Eternal Savior Lutheran Church

A member of the Lutheran Church - Missouri Synod

2688 North Park Drive
Lafayette, CO 80026
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Mar. 7 – Blessed be the Name of the LORD

“Then Job arose and tore his robe and shaved his head and fell on the ground and worshiped. And he said, ‘Naked I came from my mother’s womb, and naked shall I return. The LORD gave, and the LORD has taken away; blessed be the name of the LORD.’ In all this Job did not sin or charge God with wrong.” Job 1:20-22

Devotional Thought For The Day

Often people talk about “poor Job” and the troubles he faced.  I suspect that few really take in the whole story. Job was remarkably wealthy – “He possessed 7,000 sheep, 3,000 camels, 500 yoke of oxen, and 500 female donkeys, and very many servants, so that this man was the greatest of all the people of the east.” [1:3]  Yet, in spite of his great wealth, the greatest of all the people of the east, and all of the temptations that wealth brings, Job is described as being “blameless and upright, one who feared God and turned away from evil.” He frequently confessed his own sins and worried about sin and unbelief afflicting his children. He offered sacrifices, praying for the spiritual piety and well-being of his children. He truly had the “great American family” – success, wealth, leisure, and in contrast, genuine piety.

Then the assaults of the evil one came – which God in His own mysterious ways allowed, and in one day all of this was completely destroyed, all of Job’s wealth, and all of his children. Take a moment to consider personally how this would have impacted you, the effect this must have had on Job. Now, regardless of the very difficult things that people have to experience, very few of us will ever have to deal with this kind of sudden and drastic change of fortune – though some people do lose home, possessions, and even family in disasters: fires, tornadoes, hurricanes, earthquakes, crime, and war. Job’s response was astonishing, miraculous, other-worldly – simply stating the most basic facts of human existence, still placing all faith and trust in God, and even “blessing” the Name of the LORD [Yahweh, the personal Name of the only True and Living God]!

The purpose of the recording of this book is revealed in the last verse of the first chapter: “In all this Job did not sin or charge God with wrong.” Perhaps Job was still in shock, for as time went along he began mulling over the meaning of this dreadful experience [what else did he have to do?], and the rest of the book contains his struggles with the grievous temptation of “charging God with wrong.” Our reaction to what happened with Job might also be to blame God for withdrawing His protection from Job, and allowing the evil one to destroy his life like this. This is, of course, a very common phenomenon, people charging God with wrong. It began with Adam, who in the face of his fall into sin blamed God, asserting that it was all caused by “the woman whom You gave to be with me.” [Gen. 3:12] The fault was God’s. People blame God for putting the tree in the midst of the Garden. People blame God for their weaknesses. People blame God for their sins [including a supposed “genetic” basis for every perverse behavior]. People blame God for circumstances, for accidents, and for the wicked, hateful, and violent condition of human hearts. People blame God for their illnesses, and for death itself – even though death is the “wages of sin,” personal sin, every person’s individual sins.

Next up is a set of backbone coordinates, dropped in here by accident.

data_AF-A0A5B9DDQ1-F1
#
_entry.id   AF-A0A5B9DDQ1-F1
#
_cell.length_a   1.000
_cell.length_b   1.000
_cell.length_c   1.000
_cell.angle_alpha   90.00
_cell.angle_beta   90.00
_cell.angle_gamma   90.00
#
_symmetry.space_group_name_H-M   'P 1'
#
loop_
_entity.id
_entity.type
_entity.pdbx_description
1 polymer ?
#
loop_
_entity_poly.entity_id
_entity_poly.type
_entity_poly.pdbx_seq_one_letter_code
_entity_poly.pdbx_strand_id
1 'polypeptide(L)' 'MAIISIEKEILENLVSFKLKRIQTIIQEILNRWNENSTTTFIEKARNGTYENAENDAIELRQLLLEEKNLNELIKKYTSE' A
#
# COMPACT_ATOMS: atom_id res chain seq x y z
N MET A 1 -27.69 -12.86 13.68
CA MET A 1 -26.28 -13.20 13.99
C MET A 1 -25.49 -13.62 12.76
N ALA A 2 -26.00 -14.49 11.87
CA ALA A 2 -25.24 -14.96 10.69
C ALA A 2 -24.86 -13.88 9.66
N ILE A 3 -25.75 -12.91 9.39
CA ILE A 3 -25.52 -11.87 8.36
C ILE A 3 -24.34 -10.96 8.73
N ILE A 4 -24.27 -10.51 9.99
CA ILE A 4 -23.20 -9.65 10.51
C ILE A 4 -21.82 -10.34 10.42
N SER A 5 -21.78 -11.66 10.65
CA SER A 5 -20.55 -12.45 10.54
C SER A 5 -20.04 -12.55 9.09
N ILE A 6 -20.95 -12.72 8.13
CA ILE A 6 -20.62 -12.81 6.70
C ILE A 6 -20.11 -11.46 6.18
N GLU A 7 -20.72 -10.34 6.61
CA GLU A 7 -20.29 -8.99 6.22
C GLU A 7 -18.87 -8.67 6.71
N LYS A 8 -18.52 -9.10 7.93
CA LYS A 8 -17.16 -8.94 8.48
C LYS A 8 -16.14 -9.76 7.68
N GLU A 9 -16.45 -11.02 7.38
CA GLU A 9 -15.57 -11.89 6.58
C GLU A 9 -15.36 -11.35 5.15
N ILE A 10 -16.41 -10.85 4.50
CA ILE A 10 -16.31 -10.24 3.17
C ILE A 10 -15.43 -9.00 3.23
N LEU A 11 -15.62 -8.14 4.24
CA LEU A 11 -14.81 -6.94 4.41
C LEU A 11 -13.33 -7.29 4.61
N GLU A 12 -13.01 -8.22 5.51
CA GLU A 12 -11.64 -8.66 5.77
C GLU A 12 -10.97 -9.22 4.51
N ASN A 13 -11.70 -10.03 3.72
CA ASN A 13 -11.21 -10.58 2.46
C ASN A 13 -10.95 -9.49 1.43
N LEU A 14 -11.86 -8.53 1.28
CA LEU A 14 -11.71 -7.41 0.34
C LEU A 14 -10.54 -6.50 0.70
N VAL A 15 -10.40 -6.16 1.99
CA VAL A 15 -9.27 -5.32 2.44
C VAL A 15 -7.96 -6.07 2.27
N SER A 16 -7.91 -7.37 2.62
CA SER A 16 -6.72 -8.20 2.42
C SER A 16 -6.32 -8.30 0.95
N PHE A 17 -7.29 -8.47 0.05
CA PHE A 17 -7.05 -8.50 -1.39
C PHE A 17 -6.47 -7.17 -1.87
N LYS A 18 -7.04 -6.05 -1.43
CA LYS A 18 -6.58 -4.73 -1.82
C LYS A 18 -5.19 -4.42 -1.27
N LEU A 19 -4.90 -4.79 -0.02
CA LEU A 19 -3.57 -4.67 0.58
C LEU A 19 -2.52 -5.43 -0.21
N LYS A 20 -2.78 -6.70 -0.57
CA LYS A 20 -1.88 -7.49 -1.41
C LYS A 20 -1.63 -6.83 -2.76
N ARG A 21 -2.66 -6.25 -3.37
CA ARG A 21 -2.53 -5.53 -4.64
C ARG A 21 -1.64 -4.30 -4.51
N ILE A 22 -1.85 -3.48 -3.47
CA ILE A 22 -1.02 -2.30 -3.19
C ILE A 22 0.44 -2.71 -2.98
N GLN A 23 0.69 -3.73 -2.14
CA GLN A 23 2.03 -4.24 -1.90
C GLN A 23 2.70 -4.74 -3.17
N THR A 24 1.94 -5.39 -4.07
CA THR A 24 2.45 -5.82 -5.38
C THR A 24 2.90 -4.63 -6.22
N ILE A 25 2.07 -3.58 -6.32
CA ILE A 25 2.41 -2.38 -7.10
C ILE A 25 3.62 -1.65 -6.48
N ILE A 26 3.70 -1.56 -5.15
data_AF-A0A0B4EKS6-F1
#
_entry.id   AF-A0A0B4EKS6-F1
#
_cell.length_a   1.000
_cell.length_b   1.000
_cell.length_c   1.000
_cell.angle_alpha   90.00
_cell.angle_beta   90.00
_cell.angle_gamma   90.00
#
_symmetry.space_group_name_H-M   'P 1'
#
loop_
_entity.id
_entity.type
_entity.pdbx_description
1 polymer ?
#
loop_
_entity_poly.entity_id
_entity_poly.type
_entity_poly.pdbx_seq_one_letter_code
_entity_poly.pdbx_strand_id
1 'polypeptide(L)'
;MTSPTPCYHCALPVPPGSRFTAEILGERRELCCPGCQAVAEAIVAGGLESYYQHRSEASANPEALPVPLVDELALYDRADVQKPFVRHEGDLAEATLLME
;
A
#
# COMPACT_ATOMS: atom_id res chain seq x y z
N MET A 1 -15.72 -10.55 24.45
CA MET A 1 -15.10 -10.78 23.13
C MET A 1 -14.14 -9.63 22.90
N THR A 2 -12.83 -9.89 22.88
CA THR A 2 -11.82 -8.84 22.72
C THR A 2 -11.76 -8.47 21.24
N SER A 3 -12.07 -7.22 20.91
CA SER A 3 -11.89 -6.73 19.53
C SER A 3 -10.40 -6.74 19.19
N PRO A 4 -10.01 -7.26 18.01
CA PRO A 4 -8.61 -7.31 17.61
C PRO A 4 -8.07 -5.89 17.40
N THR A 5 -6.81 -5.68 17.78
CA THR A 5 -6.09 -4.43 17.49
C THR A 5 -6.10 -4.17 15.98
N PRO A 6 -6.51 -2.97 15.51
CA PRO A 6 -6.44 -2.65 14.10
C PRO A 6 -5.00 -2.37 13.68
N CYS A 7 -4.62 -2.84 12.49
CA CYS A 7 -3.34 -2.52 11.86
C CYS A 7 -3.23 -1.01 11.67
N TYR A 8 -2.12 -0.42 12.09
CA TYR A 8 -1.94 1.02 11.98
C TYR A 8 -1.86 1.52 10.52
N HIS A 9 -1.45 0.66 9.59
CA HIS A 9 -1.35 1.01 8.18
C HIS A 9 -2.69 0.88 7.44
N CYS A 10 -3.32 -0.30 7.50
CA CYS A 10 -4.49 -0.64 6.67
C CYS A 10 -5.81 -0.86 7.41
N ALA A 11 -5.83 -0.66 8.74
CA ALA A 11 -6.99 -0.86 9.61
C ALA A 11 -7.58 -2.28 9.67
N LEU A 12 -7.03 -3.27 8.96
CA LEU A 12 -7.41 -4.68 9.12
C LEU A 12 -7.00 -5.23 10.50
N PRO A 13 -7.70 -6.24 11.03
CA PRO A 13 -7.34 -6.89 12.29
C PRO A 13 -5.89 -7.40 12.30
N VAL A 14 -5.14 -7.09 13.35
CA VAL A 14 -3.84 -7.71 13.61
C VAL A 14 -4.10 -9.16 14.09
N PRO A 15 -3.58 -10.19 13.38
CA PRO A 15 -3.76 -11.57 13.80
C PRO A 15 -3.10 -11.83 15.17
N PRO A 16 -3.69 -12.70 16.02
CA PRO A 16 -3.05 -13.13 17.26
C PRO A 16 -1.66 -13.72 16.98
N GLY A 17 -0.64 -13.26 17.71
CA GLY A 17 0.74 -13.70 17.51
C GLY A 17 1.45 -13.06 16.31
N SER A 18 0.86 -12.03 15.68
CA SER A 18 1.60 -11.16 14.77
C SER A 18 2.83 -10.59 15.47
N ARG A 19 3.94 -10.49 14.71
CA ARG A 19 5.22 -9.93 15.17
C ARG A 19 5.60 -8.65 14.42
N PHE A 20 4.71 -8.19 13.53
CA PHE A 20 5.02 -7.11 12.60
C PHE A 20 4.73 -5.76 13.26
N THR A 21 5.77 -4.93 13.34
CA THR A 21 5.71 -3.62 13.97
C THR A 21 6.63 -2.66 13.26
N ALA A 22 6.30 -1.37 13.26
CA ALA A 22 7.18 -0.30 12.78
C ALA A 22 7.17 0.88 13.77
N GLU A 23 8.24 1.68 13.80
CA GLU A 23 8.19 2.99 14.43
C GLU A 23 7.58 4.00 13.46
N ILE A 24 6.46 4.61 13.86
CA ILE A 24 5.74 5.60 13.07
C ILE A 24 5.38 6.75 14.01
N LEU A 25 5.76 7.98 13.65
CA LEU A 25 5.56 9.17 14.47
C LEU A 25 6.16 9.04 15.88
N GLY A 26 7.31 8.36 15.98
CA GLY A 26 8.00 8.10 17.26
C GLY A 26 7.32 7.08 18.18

In contrast, God put the blame on Jesus, His own Son. “For our sake, God made Him Who knew no sin, to be sin for us, that in Him we might become the righteousness of God.” [2 Cor. 5:21] This is what occurred in the crucifixion of Jesus Christ – “God was in Christ reconciling the world to Himself, NOT counting their trespasses to them.” [2 Cor. 5:19].  Now “in Him we have redemption through His blood, the forgiveness of sins.” [Eph. 1:7] Furthermore, “since we have been justified by faith, we have peace with God through our Lord Jesus Christ.” [Rom. 5:1] Job knew all of these things; it was the basis of his piety, his being declared “blameless and upright.” The reality of God’s gracious, merciful, and forgiving love, this alone enabled Job to have faith and be “one who feared God and turned away from evil.” Just as with Abraham, Job “believed God, and God counted it to him as righteousness.” [Gen. 15:6] This is the reality which God holds before us as well, urging us to believe and trust in His love, and to be reconciled to Him.

We may have to go through all of the torturous reasoning of Job to arrive back at the place where we also proclaim: “Naked I came from my mother’s womb, and naked shall I return. The LORD gave, and the LORD has taken away; blessed be the name of the LORD.” Only faith in Christ can bring us to sincerely bless and praise the Name of the LORD in the face of our own difficult trials and testings. And only the assurances of God’s Word can bring us to such faith and peace with God. It took Job a while – but may God also bring each of us to such faith and blessedness, that we avoid all temptations to “charge God with wrong.” May we accept the most basic realities of being created beings, so that with joyful faith in God’s love we always bless His holy Name!

Prayer For The Day

Dear Lord Jesus, we too struggle with the difficulties of life in this fallen world of sin, and the unexpected trials and tragedies. We wrestle with the mysteries of Your wisdom. Help us, like Job, to cling to the assurances of Your blessed love, that in all our experiences of life – from the nakedness of our nativity to the nakedness of our death – we bless Your holy Name in true and genuine faith. Amen.